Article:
As America celebrates its birthday on July 4, the timeless words of Thomas Jefferson will surely be invoked to remind us of our founding ideals — that “All men are created equal” and are “endowed by their Creator” with the right to “Life, Liberty and the pursuit of Happiness.” These phrases, a cherished part of our history, have rightly been called “American Scripture.”
But Jefferson penned another phrase, arguably his most famous after those from the Declaration of Independence. These far more contentious words — “a wall of separation between church and state” — lie at the heart of the ongoing debate between those who see America as a “Christian Nation” and those who see it as a secular republic, a debate that is hotter than a Washington Fourth of July…
While president in 1802, Jefferson wrote: “Believing with you that religion is a matter which lies solely between Man and his God, that he owes account to none other for his faith or his worship, that the legitimate powers of government reach actions only, and not opinions, I contemplate with sovereign reverence that act of the whole American people which declared that their legislature should ‘make no law respecting an establishment of religion, or prohibiting the free exercise thereof,’ thus building a wall of separation between Church and State … ”
The idea was not Jefferson’s. Other 17th- and 18th-century Enlightenment writers had used a variant of it. Earlier still, religious dissident Roger Williams had written in a 1644 letter of a “hedge or wall of separation between the garden of the church and the wilderness of the world.”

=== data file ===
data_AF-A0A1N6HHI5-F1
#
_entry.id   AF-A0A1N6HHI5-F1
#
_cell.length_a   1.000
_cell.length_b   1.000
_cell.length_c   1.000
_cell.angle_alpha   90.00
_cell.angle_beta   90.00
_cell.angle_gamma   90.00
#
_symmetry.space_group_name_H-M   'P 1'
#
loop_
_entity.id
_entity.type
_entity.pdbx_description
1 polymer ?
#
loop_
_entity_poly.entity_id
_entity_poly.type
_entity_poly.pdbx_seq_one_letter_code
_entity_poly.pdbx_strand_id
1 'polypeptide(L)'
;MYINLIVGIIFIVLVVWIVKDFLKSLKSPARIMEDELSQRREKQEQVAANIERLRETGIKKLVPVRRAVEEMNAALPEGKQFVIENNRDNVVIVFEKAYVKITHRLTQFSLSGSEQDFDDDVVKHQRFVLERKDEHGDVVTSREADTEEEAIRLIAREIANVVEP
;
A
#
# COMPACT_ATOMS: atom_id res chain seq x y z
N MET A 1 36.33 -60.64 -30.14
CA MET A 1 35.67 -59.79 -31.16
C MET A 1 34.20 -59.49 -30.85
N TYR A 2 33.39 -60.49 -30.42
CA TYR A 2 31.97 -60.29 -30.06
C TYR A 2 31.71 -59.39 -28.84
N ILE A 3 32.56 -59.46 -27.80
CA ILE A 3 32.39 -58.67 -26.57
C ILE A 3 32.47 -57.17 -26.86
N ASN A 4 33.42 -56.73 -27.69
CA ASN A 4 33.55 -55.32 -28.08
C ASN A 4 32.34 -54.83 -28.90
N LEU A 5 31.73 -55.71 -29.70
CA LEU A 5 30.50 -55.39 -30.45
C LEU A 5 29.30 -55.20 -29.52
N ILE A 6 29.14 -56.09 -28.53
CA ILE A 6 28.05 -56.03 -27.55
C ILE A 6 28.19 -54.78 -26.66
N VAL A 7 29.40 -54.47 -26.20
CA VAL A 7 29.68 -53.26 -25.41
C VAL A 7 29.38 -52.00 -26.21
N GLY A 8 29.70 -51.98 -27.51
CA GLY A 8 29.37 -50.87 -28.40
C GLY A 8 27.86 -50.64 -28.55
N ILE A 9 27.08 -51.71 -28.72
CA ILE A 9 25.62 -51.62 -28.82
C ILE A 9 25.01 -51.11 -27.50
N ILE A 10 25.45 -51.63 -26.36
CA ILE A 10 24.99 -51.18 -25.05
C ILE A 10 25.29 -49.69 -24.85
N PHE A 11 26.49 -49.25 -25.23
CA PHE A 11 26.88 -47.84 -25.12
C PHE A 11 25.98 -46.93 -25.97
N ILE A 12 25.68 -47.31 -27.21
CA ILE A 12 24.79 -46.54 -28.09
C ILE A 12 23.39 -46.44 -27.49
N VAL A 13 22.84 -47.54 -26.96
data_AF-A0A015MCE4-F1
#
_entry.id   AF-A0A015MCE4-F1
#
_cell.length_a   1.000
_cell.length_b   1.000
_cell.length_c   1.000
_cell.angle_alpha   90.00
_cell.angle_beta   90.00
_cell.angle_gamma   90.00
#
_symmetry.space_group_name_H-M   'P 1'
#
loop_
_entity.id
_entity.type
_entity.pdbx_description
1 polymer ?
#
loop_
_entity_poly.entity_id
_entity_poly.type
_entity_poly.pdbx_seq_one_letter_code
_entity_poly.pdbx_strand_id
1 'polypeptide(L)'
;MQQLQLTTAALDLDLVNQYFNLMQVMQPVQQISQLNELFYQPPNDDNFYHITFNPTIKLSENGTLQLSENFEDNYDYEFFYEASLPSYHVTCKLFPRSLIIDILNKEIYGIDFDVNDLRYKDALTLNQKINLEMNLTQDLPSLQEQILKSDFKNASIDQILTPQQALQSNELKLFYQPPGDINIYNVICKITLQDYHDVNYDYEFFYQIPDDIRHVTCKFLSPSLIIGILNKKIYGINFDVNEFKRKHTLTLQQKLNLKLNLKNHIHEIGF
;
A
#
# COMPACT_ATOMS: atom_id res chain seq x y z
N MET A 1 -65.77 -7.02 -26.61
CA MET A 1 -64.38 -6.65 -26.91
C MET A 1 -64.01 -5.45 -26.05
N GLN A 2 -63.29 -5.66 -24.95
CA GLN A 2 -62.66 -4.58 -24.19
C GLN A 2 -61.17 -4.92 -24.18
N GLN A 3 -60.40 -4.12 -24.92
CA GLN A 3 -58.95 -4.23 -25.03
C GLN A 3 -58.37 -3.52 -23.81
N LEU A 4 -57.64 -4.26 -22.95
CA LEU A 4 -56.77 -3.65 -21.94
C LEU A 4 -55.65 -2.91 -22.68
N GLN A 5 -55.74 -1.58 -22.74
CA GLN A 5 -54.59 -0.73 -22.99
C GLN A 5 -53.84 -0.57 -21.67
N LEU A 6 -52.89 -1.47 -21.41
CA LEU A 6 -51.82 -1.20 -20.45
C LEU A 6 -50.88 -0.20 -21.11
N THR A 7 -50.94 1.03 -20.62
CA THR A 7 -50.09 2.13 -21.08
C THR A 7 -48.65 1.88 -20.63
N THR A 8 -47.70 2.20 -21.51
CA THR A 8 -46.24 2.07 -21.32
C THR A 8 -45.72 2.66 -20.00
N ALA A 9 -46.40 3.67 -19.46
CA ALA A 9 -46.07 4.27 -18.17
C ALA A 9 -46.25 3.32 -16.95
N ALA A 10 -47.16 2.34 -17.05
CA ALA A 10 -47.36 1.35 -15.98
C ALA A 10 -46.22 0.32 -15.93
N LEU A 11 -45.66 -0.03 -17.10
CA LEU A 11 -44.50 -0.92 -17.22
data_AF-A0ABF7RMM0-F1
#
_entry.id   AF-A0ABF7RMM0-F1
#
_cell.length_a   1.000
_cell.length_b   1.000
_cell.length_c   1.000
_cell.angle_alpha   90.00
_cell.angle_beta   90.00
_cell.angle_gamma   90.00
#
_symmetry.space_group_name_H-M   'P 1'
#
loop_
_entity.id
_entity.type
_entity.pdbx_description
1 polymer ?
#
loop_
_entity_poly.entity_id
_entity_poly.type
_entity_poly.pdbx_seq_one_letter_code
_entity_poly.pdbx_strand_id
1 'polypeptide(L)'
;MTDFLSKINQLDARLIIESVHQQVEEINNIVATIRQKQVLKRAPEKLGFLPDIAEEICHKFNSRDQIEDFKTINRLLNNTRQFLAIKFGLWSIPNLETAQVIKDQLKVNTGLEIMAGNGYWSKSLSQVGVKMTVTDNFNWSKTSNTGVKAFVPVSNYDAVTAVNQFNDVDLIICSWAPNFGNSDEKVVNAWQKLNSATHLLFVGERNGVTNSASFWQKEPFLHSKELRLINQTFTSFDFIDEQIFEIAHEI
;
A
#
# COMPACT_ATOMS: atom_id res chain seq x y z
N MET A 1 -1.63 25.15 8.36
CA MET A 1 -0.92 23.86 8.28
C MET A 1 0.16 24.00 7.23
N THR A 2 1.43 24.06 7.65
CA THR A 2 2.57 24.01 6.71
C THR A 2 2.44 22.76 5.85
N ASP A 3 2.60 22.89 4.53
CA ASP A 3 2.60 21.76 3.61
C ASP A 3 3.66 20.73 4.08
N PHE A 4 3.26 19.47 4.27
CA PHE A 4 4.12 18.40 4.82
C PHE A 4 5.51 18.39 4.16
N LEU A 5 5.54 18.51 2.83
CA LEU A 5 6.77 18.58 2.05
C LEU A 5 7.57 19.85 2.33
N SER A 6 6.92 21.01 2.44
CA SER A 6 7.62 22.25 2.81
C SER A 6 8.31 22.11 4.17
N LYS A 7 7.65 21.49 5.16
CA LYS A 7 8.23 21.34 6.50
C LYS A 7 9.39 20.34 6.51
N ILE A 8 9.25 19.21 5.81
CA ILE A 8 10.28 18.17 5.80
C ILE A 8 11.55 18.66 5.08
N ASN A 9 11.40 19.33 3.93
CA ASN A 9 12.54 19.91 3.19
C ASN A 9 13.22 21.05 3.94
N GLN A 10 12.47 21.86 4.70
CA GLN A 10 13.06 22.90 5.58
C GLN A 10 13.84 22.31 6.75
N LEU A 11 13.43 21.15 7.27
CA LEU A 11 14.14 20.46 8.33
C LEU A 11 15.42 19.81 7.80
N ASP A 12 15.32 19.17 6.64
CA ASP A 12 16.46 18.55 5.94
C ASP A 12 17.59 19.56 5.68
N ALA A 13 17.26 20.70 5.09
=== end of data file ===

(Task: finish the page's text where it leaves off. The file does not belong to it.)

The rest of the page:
Williams, who founded Rhode Island with a colonial charter that included religious freedom, knew intolerance firsthand. He and other religious dissenters, including Anne Hutchinson, had been banished from neighboring Massachusetts, the “shining city on a hill” where Catholics, Quakers and Baptists were banned under penalty of death.
Jefferson regarded this law so highly that he had his authorship of the statute made part of his epitaph, along with writing the Declaration and founding the University of Virginia. (Being president wasn’t worth a mention.)
RTFA. Re-examine the history that most Americans sorely have not understood – for the first time.
Christian revisionists of American history absolutely understand they are lying to support their ideology, they absolutely recognize their actions as counter to the spirit of history as understood by the Founding Fathers and Mothers – and they don’t care.
They assume their religious ideology supersedes the achievements of our Constitution and would rather return to the religious wars of the Crusades in exactly the same way their counterparts on the fringe of Islam would do. They are equally bereft of understanding, deserving of as little support and coddling as any poison in the gut of this modern world.